All my life has been lived hitherto.

Probably the selfsame as it always shall.

The Carcass

Image~Charles Baudelaire

Remember that object we saw, dear soul,
In the sweetness of a summer morn:
At a bend of the path a loathsome carrion
On a bed with pebbles strewn,

With legs raised like a lustful woman,
Burning and sweating poisons,
It spread open, nonchalant and scornful,
Its belly, ripe with exhalations.

The sun shone onto the rotting heap,
As if to bring it to the boil,
And tender a hundredfold to vast Nature
All that together she had joined;

And the sky watched that superb carcass
Like a flower blossom out.
The stench was so strong that on the grass
You thought you would pass out.

Flies hummed upon the putrid belly,
Whence larvae in black battalions spread
And like a heavy liquid flowed
Along the tatters deliquescing.

All together it unfurled, and rose like a wave
And bubbling it sprang forth;
One might have believed that, with a faint breath filled,
The body, multiplying, lived.

And this world gave out a strange music
Like of running water and of wind,
Or of grain in a winnow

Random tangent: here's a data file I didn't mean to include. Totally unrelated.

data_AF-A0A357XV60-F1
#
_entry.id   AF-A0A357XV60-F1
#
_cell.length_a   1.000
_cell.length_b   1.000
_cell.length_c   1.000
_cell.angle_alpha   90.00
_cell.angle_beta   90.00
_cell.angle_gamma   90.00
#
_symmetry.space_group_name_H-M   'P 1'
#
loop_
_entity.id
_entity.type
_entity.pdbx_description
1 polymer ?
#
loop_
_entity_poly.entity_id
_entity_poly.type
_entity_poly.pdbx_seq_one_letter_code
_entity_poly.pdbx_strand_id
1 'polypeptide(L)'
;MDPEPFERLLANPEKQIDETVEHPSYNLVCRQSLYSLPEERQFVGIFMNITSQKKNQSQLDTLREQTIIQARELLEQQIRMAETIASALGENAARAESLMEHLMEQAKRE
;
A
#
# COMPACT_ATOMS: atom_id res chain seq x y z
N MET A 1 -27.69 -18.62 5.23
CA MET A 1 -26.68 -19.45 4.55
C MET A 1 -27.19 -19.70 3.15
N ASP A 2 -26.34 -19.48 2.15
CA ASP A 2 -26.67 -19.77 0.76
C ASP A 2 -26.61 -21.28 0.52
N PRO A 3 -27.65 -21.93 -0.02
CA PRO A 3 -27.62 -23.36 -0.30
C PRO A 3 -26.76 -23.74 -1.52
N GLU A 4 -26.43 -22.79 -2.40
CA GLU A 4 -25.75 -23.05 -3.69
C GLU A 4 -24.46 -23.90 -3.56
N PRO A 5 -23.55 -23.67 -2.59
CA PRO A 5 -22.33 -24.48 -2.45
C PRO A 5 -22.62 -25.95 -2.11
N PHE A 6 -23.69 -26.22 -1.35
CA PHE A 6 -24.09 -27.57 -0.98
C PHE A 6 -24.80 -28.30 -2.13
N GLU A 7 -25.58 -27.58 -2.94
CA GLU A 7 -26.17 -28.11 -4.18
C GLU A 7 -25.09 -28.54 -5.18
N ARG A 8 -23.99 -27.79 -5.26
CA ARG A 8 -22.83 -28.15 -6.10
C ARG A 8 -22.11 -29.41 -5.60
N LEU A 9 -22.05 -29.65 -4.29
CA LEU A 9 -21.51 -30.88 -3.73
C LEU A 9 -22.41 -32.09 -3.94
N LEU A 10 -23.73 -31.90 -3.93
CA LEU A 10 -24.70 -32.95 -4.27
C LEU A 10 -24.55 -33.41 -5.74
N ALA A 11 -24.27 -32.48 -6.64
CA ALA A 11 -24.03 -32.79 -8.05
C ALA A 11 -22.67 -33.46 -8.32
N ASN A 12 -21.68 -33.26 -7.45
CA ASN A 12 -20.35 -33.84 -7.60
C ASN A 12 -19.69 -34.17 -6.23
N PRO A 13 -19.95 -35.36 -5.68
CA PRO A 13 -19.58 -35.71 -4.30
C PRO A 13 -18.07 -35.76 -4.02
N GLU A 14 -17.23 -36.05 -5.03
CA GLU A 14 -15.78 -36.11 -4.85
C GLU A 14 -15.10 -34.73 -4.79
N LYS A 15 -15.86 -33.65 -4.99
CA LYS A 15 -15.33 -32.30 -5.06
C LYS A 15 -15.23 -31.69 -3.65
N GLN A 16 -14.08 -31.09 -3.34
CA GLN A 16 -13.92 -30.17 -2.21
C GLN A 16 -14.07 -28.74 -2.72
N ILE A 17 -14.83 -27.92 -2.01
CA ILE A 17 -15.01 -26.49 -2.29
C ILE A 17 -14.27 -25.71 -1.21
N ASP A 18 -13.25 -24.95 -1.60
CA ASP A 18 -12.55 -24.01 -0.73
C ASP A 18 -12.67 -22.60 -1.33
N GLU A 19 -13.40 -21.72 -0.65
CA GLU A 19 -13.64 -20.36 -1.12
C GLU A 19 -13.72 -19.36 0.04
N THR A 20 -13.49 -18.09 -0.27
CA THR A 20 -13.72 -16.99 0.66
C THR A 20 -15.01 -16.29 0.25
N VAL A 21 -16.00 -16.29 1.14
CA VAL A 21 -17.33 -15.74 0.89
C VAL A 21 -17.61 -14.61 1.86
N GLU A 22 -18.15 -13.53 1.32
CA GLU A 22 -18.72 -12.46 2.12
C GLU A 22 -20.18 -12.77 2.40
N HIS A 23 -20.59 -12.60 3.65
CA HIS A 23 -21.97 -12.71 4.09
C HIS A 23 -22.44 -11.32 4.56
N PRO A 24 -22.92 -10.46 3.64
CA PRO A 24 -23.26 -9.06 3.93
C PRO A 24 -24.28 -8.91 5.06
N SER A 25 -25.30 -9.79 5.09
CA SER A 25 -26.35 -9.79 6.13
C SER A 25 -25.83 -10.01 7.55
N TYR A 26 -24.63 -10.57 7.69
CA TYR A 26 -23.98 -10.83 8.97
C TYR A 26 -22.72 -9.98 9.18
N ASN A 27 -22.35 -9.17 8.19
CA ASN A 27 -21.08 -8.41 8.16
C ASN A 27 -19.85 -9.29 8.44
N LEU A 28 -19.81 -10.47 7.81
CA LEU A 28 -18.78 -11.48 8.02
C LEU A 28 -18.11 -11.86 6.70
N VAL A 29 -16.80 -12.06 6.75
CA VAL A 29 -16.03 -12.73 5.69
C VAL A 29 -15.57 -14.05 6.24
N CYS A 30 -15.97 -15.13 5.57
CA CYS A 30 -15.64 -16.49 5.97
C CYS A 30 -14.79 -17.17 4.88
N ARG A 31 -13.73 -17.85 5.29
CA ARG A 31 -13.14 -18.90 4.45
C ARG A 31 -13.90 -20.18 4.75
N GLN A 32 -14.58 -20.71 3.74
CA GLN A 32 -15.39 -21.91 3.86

Rhythmically shaken and tossed.

Form was erased and all but a vision,
A sketch slow to take shape
On a forgotten canvas, which the artist finishes
From memory alone.

Behind the rocks a fretting bitch
Looked at us with fierce mien
Anxious to retrieve from the corpse
A morsel that she had dropped.

Yet to this rot you shall be like,
To this horrid corruption,
Star of my eyes, sun of desire,
You, my angel and my passion!

Yes, such you shall be, you, queen of all graces,
After the last sacraments,
When you go beneath the grass and waxy flowers,
To mold among the skeletons.

Then, oh my beauty! You must tell the vermin,
As it eats you up with kisses,
That I have preserved the form and essence divine
Of my decayed loves.

She Walks in Beauty

~Lord ByronImage

She walks in Beauty, like the night
Of cloudless climes and starry skies;
And all that’s best of dark and bright
Meet in her aspect and her eyes:
Thus mellowed to that tender light
Which Heaven to gaudy day denies.

One shade the more, one ray the less,
Had half impaired the nameless grace
Which waves in every raven tress,
Or softly lightens o’er her face;
Where thoughts serenely sweet express,
How pure, how dear their dwelling-place.

And on that cheek, and o’er that brow,
So soft, so calm, yet eloquent,
The smiles that win, the tints that glow,
But tell of days in goodness spent,
A mind at peace with all below,
A heart whose love is innocent!

Not A Fool

Time in time,
Remaining here,